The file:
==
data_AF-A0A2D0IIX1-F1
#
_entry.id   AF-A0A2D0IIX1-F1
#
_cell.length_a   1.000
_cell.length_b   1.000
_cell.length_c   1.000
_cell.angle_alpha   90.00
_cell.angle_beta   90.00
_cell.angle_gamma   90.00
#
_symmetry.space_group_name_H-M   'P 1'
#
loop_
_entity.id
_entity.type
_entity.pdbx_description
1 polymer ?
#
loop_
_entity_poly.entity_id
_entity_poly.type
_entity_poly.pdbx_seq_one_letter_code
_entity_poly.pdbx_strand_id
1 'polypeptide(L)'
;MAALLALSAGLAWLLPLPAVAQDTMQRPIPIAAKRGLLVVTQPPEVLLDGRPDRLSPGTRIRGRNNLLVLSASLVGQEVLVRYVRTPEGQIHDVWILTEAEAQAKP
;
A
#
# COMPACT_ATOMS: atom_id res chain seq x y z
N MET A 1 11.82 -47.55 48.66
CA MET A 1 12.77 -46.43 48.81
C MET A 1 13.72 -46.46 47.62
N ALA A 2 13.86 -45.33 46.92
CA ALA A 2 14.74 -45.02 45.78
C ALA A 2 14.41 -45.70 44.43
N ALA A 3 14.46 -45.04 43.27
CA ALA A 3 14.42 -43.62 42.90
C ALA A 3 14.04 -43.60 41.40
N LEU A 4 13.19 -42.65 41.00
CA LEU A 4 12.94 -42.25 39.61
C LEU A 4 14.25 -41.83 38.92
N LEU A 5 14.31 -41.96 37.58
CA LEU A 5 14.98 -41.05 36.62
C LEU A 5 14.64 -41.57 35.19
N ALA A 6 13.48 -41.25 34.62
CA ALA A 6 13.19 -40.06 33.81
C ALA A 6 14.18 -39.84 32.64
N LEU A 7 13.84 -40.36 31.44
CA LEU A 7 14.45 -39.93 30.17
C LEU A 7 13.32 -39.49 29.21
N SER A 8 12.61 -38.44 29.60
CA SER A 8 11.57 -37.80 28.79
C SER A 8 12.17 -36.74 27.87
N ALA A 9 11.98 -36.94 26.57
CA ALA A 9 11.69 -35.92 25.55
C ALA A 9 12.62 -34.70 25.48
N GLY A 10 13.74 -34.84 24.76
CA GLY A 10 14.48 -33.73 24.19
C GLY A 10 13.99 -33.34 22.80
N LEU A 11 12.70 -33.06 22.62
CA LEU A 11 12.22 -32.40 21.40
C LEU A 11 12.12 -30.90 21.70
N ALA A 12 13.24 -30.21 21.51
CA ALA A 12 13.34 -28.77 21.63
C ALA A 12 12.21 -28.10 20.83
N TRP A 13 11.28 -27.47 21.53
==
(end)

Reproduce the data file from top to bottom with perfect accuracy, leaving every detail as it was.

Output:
data_AF-A0A2D0IIX1-F1
#
_entry.id   AF-A0A2D0IIX1-F1
#
_cell.length_a   1.000
_cell.length_b   1.000
_cell.length_c   1.000
_cell.angle_alpha   90.00
_cell.angle_beta   90.00
_cell.angle_gamma   90.00
#
_symmetry.space_group_name_H-M   'P 1'
#
loop_
_entity.id
_entity.type
_entity.pdbx_description
1 polymer ?
#
loop_
_entity_poly.entity_id
_entity_poly.type
_entity_poly.pdbx_seq_one_letter_code
_entity_poly.pdbx_strand_id
1 'polypeptide(L)'
;MAALLALSAGLAWLLPLPAVAQDTMQRPIPIAAKRGLLVVTQPPEVLLDGRPDRLSPGTRIRGRNNLLVLSASLVGQEVLVRYVRTPEGQIHDVWILTEAEAQAKP
;
A
#
# COMPACT_ATOMS: atom_id res chain seq x y z
N MET A 1 11.82 -47.55 48.66
CA MET A 1 12.77 -46.43 48.81
C MET A 1 13.72 -46.46 47.62
N ALA A 2 13.86 -45.33 46.92
CA ALA A 2 14.74 -45.02 45.78
C ALA A 2 14.41 -45.70 44.43
N ALA A 3 14.46 -45.04 43.27
CA ALA A 3 14.42 -43.62 42.90
C ALA A 3 14.04 -43.60 41.40
N LEU A 4 13.19 -42.65 41.00
CA LEU A 4 12.94 -42.25 39.61
C LEU A 4 14.25 -41.83 38.92
N LEU A 5 14.31 -41.96 37.58
CA LEU A 5 14.98 -41.05 36.62
C LEU A 5 14.64 -41.57 35.19
N ALA A 6 13.48 -41.25 34.62
CA ALA A 6 13.19 -40.06 33.81
C ALA A 6 14.18 -39.84 32.64
N LEU A 7 13.84 -40.36 31.44
CA LEU A 7 14.45 -39.93 30.17
C LEU A 7 13.32 -39.49 29.21
N SER A 8 12.61 -38.44 29.60
CA SER A 8 11.57 -37.80 28.79
C SER A 8 12.17 -36.74 27.87
N ALA A 9 11.98 -36.94 26.57
CA ALA A 9 11.69 -35.92 25.55
C ALA A 9 12.62 -34.70 25.48
N GLY A 10 13.74 -34.84 24.76
CA GLY A 10 14.48 -33.73 24.19
C GLY A 10 13.99 -33.34 22.80
N LEU A 11 12.70 -33.06 22.62
CA LEU A 11 12.22 -32.40 21.40
C LEU A 11 12.12 -30.90 21.70
N ALA A 12 13.24 -30.21 21.51
CA ALA A 12 13.34 -28.77 21.63
C ALA A 12 12.21 -28.10 20.83
N TRP A 13 11.28 -27.47 21.53